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Wadi Finan exhibit tries to challenge concepts of traditional audience, art form

By Yasmeen Kanaan - Mar 03,2019 - Last updated at Mar 03,2019

Artist Yasmeen Sabri (2nd from right) talks to attendees of her ‘Transcendence’ exhibit, in this undated photo (Photo courtesy of Wadi Finan)

AMMAN — In the pursuit of transcending into an art world where common man is no longer excluded, performance and visual artist Yasmeen Sabri offers spectators possibilities to reimagine what constitutes art and to sink into an encapsulating experience of “the raw and the cast out”.

On the walls and in the walking spaces of Wadi Finan, Sabri aspired, through her solo show “Transcendence”, to forge an experience for every person to come in and comprehend the exhibits as they themselves are. The exhibition will be run through March 28.

“The art piece is not completed by myself, but by the viewer, by their history and opinions. I try to instigate this meditative state but it’s up to the viewer to create that feeling for himself.”

Sabri’s work is driven by her belief in the power that art galleries withstand; trusting that wherever there is art “there is conversation and discourse”. With such capacity, the artist takes advantage of the freedom to appropriate and strip materials out of their historical context, making them exist as an absolute form of art.

Despite the diversity of the display, the coming together of the found, the discarded, trash or the unseen, paved the way for the show’s feel of “wholeness”. Her compulsion towards the use of cheap materials designed for construction tunes into the concept of giving the ignored and avoided a different feel — a life.

“I don’t use material that is meant for art. Or, I use material that is used for art, but in a different way. I use objects that I find; broken signs, discarded pallets, things that are usually thrown away. I don’t use the canvas to paint on it; I use it in itself as the artwork. The fabric is not used as a surface for the artwork, it is the artwork,” Sabri said.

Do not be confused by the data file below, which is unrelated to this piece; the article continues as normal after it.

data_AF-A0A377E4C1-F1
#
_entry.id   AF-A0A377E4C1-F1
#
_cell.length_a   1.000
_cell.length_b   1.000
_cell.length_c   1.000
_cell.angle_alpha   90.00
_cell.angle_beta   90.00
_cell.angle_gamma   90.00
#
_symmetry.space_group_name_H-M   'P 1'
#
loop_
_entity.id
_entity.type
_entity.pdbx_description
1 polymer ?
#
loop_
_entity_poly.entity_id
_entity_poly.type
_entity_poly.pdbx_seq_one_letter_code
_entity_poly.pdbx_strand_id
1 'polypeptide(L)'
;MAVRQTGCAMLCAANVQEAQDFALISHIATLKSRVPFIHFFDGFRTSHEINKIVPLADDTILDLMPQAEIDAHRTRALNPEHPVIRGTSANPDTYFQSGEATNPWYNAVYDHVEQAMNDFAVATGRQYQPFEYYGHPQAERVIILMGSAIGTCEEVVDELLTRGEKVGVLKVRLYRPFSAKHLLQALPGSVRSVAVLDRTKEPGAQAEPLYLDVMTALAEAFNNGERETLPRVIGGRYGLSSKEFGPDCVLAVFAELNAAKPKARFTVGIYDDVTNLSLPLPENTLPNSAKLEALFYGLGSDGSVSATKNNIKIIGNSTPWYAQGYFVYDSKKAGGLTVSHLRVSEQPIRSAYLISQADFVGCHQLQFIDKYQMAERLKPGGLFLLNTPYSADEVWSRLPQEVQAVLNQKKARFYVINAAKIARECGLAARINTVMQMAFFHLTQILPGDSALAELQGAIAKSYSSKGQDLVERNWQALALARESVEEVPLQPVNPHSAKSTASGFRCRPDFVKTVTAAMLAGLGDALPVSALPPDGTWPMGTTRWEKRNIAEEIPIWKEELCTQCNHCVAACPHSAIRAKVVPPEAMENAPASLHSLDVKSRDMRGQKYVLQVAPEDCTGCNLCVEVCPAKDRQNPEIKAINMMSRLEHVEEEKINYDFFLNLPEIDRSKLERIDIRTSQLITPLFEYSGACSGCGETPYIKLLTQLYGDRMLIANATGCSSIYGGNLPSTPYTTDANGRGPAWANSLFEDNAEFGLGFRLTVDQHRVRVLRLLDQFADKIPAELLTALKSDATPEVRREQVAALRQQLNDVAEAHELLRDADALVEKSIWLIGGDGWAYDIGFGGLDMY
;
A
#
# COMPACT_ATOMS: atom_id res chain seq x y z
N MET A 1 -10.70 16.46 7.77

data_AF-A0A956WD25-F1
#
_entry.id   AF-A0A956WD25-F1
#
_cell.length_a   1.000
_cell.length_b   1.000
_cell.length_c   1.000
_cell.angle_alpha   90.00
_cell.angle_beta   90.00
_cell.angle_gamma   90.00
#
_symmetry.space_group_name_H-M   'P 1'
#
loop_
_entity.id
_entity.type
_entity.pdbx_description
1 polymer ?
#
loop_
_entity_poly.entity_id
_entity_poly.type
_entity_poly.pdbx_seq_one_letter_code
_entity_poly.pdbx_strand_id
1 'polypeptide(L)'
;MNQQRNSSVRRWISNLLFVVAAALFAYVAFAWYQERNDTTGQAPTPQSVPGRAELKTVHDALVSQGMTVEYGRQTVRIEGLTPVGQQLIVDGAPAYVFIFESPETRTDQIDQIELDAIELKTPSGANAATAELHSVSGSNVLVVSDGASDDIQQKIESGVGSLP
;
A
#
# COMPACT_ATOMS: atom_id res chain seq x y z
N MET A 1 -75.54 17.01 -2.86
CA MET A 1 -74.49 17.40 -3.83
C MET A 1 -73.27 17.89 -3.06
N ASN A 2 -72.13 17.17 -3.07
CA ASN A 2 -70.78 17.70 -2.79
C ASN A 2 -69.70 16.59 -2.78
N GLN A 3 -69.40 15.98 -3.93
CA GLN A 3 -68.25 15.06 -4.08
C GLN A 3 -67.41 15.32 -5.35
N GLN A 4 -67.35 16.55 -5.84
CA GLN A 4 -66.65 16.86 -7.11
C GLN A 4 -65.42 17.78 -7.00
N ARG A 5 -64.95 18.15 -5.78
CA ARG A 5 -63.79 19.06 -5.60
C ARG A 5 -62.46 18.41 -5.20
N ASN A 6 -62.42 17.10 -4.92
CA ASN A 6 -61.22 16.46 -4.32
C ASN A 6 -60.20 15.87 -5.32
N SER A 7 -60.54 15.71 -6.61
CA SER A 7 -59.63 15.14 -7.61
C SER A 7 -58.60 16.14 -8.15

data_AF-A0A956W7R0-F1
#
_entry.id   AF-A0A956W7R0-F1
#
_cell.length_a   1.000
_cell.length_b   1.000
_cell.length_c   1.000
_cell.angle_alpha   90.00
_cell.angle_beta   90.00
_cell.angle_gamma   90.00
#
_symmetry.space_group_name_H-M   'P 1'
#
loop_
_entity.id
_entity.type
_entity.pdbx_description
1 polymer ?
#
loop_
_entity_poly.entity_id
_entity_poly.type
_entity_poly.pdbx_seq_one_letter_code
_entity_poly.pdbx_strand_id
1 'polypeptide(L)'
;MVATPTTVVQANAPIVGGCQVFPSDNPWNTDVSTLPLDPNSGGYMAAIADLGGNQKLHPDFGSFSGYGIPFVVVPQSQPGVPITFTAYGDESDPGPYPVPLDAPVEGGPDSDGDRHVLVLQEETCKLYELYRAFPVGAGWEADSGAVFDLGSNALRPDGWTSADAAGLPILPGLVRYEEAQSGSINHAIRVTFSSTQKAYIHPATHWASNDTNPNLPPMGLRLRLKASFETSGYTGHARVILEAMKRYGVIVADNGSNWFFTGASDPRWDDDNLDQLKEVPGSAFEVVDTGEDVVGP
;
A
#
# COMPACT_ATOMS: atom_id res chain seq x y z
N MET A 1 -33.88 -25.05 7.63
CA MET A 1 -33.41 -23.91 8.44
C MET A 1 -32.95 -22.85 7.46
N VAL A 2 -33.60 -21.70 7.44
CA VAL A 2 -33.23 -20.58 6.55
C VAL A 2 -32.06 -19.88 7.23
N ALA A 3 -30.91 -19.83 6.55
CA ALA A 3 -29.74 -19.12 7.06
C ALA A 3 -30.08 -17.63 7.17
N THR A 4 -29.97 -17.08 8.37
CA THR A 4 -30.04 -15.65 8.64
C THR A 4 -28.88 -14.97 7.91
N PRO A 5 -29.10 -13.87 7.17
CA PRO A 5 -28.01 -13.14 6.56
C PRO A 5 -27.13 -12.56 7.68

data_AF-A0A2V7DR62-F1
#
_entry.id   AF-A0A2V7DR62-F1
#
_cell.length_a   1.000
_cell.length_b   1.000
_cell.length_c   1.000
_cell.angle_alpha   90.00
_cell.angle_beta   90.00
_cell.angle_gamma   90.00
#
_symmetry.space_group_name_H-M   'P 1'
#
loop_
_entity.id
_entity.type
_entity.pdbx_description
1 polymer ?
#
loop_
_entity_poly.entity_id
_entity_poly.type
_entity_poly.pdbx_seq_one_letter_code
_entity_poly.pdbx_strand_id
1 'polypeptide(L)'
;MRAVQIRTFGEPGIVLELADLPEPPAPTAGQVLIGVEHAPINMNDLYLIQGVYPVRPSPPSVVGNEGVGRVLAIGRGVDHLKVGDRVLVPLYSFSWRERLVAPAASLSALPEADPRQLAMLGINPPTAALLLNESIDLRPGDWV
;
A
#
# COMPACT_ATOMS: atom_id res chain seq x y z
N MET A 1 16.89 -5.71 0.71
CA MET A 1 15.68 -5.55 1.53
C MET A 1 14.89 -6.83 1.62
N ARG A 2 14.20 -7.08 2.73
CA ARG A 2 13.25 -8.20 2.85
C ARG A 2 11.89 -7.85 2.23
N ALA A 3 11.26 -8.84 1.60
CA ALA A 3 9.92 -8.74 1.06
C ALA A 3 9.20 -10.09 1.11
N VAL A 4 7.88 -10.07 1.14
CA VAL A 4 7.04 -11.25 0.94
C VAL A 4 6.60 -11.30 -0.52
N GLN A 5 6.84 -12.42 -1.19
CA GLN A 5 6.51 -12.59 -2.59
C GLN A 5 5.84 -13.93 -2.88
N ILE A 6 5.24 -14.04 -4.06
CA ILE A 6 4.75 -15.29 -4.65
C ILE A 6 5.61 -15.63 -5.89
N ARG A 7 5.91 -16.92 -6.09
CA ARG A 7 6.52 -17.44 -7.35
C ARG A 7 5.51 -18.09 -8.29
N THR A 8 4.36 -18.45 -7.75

Sabri further explained her choice for the materials as a means to break the hierarchical image mired in the “white cube”. Every material incorporated is intertwined with her endeavour to break the stigma of who is allowed into a gallery.

“I think of people who use these materials — construction workers who are eventually not welcomed into the spaces they build. They build a gallery, but then they are excluded from it. By using these materials, I’m putting them on display again and I am inviting them.”

In a reply to a question by The Jordan Times on why she chose to be confined within an art gallery while a show on the street could be more parallel to such a concept, Sabri said: “I am breaking stigma by deciding on who gets to visit my show. I’ve made sure to invite all the craftsmen, electricians and carpenters who helped me produce the works, along with their families.”

According to Sabri, this is the state of “transcendence” she is communicating; where the material itself is transcending in itself.

“The materials are transcending from what they are supposed to be; these objects are not supposed to be in a gallery, and definitely not on the walls.”

Her choice for the title, “Transcendence”, also refers to the state that Sabri herself experiences while her artwork directs itself into its creation. 

“When I’m creating the work, I don’t think or plan, the process is very impulsive. The material starts navigating the work. Some colours reject each other or mix in a certain way; it’s like a performance frozen in time for the viewer. And I am as relevant to the piece as the brush, the colours and the fabrics. These elements interact with each other in a way to create their own story. I listen to the work and the fabric”.

Although Jordan is not yet in the process of embracing non-traditional forms of art, Sabri shared her optimism on introducing such contemporary approaches to the Jordanian art scene.

“People are always open to it. I want to give them the safe space to explore their mind, their own feelings. And by putting it on walls, I’m also inviting people to question what is art, what is required of someone to be an artist and the work to be labelled as art.”

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